Let’s not forget, Holmes has a legitimately canonical history of not always being right: I’m thoroughly sick of everyone going on about ‘A Scandal in Bohemia’, but he is undeniably (and, admit it, unconvincingly) out-foxed there by (sigh) The Woman. He’s even wider of the mark in ‘The Adventure of the Yellow Face’ — probably an Olympic record miss for the Heroic Detective archetype — but, as we know, there isn’t anyone who steps in and solves these cases in his stead. The solutions are revealed independently of Holmes’ involvement, the implication being that if its beyond Holmes then it’s beyond anyone else as well. So King’s story updates this very well from this perspective, and we can’t deny that it’s lovely to see Watson get one over on the Great Detective just this once.
Though, actually, you’re not restricted to enjoying it only once. Colin Dexter, better known for the Inspector Morse stories, also had the same idea and explores it far more convincingly in his pastiche ‘A Case of Mis-Identity’ (1989). The unctuous reframing of an existing title aside, this is an absolutely brilliant way to give Watson the upper hand, and reads far more convincingly than King’s take precisely because we’re privy to all the information needed. This feels like more of an update of ‘Yellow Face’ with now the added understanding that Holmes isn’t necessary the oracle he’s made out to be, and it works superbly and extends Watson’s possible remit without so much as a twinge of hesitation on our part: it still feels like the character, operating well within the loosely-defined parameters that have been set for him.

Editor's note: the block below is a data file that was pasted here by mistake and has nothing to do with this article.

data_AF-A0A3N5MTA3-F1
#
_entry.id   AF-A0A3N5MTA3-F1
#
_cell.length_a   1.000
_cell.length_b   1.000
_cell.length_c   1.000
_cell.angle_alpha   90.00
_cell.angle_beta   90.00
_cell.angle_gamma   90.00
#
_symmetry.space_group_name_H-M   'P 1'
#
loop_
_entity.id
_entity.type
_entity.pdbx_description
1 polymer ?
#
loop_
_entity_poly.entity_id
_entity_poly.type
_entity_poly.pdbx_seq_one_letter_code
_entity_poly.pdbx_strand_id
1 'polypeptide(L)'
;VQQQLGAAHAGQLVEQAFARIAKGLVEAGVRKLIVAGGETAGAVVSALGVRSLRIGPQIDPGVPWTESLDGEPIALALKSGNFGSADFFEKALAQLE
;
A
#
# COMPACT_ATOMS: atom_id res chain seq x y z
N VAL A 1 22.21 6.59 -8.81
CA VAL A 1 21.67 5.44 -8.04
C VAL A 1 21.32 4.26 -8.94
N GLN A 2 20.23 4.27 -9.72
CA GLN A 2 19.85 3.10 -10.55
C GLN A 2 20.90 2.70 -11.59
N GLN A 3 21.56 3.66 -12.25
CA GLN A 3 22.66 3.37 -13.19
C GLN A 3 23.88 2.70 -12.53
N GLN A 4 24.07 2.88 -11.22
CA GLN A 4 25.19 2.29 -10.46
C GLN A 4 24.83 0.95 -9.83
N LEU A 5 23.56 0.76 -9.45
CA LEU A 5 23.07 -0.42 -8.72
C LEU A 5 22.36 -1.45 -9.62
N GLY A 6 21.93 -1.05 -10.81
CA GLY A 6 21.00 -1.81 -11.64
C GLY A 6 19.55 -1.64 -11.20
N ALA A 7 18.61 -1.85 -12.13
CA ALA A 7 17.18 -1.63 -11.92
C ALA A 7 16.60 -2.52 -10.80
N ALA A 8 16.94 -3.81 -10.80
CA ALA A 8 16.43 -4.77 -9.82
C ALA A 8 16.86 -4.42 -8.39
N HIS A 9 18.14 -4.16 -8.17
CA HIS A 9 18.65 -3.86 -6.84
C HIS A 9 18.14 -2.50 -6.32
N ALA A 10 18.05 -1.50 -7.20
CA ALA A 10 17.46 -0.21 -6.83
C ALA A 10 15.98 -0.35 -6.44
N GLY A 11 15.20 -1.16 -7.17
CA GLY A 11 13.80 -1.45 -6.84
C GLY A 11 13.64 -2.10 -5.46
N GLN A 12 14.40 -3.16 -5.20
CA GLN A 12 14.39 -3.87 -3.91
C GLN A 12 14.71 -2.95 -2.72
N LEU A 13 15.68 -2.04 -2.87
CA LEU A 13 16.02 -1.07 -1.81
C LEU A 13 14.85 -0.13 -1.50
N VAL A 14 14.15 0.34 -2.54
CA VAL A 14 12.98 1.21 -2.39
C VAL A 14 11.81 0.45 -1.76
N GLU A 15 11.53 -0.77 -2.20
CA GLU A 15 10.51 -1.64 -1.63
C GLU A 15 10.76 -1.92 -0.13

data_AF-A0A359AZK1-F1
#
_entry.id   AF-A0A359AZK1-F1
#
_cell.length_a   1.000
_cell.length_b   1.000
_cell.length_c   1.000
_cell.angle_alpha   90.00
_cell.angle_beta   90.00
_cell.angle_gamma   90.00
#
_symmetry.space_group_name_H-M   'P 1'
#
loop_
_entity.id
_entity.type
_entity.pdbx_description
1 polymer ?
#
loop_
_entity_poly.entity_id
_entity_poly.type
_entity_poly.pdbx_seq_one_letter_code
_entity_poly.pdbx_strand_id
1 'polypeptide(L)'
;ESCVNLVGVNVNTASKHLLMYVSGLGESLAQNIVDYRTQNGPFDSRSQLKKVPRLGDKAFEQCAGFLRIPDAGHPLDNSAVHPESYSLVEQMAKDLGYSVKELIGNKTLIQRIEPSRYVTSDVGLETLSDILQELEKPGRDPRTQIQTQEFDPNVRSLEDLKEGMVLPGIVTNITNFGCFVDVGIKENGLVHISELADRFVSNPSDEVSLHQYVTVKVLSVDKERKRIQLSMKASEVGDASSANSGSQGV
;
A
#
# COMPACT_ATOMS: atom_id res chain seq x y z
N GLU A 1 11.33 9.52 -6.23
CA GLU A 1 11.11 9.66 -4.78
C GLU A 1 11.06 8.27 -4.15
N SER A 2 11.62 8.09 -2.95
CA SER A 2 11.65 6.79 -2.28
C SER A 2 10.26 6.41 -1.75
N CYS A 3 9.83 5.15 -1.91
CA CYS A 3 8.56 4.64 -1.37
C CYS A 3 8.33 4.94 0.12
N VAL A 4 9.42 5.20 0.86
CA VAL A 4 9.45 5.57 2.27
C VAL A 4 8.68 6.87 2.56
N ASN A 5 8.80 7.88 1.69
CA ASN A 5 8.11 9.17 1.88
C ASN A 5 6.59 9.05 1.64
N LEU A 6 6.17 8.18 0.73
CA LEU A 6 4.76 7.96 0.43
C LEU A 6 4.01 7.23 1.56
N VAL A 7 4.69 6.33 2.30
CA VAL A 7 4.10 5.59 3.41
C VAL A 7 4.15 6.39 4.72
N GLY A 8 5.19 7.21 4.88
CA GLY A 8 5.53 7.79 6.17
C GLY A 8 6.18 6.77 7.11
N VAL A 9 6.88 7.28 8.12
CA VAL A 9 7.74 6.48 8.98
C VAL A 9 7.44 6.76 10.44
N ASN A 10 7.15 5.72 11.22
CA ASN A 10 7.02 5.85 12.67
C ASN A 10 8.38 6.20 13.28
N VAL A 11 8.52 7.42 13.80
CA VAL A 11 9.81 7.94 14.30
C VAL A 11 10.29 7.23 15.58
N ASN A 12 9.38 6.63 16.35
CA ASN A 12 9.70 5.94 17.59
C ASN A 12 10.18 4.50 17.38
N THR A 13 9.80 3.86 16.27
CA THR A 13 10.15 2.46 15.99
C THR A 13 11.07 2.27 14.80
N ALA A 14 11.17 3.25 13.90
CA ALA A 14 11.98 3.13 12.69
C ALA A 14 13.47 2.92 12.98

Stretch this idea slightly further, then: could Watson regularly be ahead of Holmes? Well, no. That would change the dynamic in a way that made them closer to equals, which they’re definitely not, and that notion of the imbalance between them must be maintained. David Stuart Davies took this idea and reversed it in a way that was really quite brilliant in his novel The Veiled Detective (2004): suppose Watson isn’t the dimwit he appears, but instead a plant by Professor James Moriarty (him again) put in place to keep an eye on Holmes and report back on his progress that Moriarty fears may hinder his own criminal undertakings. It seems sacrilegious at first — it’s one thing Watson getting the upper hand on an occasional basis, but having him ahead of Holmes from the very off is surely just…wrong — until you consider the opportunities it opens up for a reinterpretation of the canon.